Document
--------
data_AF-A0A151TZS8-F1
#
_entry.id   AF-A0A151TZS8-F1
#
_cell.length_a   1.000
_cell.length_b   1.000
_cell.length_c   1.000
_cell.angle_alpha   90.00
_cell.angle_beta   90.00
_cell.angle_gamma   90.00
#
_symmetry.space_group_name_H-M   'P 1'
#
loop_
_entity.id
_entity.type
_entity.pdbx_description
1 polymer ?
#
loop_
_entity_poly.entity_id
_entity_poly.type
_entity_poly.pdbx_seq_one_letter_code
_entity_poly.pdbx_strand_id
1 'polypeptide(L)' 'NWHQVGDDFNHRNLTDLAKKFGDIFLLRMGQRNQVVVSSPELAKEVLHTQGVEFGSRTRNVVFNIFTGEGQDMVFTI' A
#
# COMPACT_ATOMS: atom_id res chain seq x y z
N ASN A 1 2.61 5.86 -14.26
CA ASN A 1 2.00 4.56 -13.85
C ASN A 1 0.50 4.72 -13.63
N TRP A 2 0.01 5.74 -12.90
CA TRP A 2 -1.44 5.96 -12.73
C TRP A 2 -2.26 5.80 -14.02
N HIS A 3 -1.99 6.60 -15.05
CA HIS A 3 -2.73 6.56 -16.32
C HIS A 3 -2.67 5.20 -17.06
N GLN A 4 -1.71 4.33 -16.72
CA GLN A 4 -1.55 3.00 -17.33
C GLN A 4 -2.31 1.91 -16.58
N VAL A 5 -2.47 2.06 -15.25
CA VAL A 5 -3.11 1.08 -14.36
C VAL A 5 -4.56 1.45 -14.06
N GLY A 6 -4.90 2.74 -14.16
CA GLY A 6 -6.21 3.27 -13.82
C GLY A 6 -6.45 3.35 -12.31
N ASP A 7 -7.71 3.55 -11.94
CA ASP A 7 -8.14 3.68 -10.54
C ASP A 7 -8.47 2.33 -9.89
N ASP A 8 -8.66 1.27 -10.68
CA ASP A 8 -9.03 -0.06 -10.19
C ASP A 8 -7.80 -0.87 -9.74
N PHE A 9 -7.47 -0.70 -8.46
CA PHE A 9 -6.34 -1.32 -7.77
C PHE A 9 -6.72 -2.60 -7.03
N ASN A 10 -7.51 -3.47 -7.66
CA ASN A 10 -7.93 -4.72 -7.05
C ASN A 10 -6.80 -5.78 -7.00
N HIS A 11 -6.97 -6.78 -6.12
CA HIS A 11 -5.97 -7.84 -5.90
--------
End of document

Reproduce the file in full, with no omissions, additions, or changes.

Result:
data_AF-A0A151TZS8-F1
#
_entry.id   AF-A0A151TZS8-F1
#
_cell.length_a   1.000
_cell.length_b   1.000
_cell.length_c   1.000
_cell.angle_alpha   90.00
_cell.angle_beta   90.00
_cell.angle_gamma   90.00
#
_symmetry.space_group_name_H-M   'P 1'
#
loop_
_entity.id
_entity.type
_entity.pdbx_description
1 polymer ?
#
loop_
_entity_poly.entity_id
_entity_poly.type
_entity_poly.pdbx_seq_one_letter_code
_entity_poly.pdbx_strand_id
1 'polypeptide(L)' 'NWHQVGDDFNHRNLTDLAKKFGDIFLLRMGQRNQVVVSSPELAKEVLHTQGVEFGSRTRNVVFNIFTGEGQDMVFTI' A
#
# COMPACT_ATOMS: atom_id res chain seq x y z
N ASN A 1 2.61 5.86 -14.26
CA ASN A 1 2.00 4.56 -13.85
C ASN A 1 0.50 4.72 -13.63
N TRP A 2 0.01 5.74 -12.90
CA TRP A 2 -1.44 5.96 -12.73
C TRP A 2 -2.26 5.80 -14.02
N HIS A 3 -1.99 6.60 -15.05
CA HIS A 3 -2.73 6.56 -16.32
C HIS A 3 -2.67 5.20 -17.06
N GLN A 4 -1.71 4.33 -16.72
CA GLN A 4 -1.55 3.00 -17.33
C GLN A 4 -2.31 1.91 -16.58
N VAL A 5 -2.47 2.06 -15.25
CA VAL A 5 -3.11 1.08 -14.36
C VAL A 5 -4.56 1.45 -14.06
N GLY A 6 -4.90 2.74 -14.16
CA GLY A 6 -6.21 3.27 -13.82
C GLY A 6 -6.45 3.35 -12.31
N ASP A 7 -7.71 3.55 -11.94
CA ASP A 7 -8.14 3.68 -10.54
C ASP A 7 -8.47 2.33 -9.89
N ASP A 8 -8.66 1.27 -10.68
CA ASP A 8 -9.03 -0.06 -10.19
C ASP A 8 -7.80 -0.87 -9.74
N PHE A 9 -7.47 -0.70 -8.46
CA PHE A 9 -6.34 -1.32 -7.77
C PHE A 9 -6.72 -2.60 -7.03
N ASN A 10 -7.51 -3.47 -7.66
CA ASN A 10 -7.93 -4.72 -7.05
C ASN A 10 -6.80 -5.78 -7.00
N HIS A 11 -6.97 -6.78 -6.12
CA HIS A 11 -5.97 -7.84 -5.90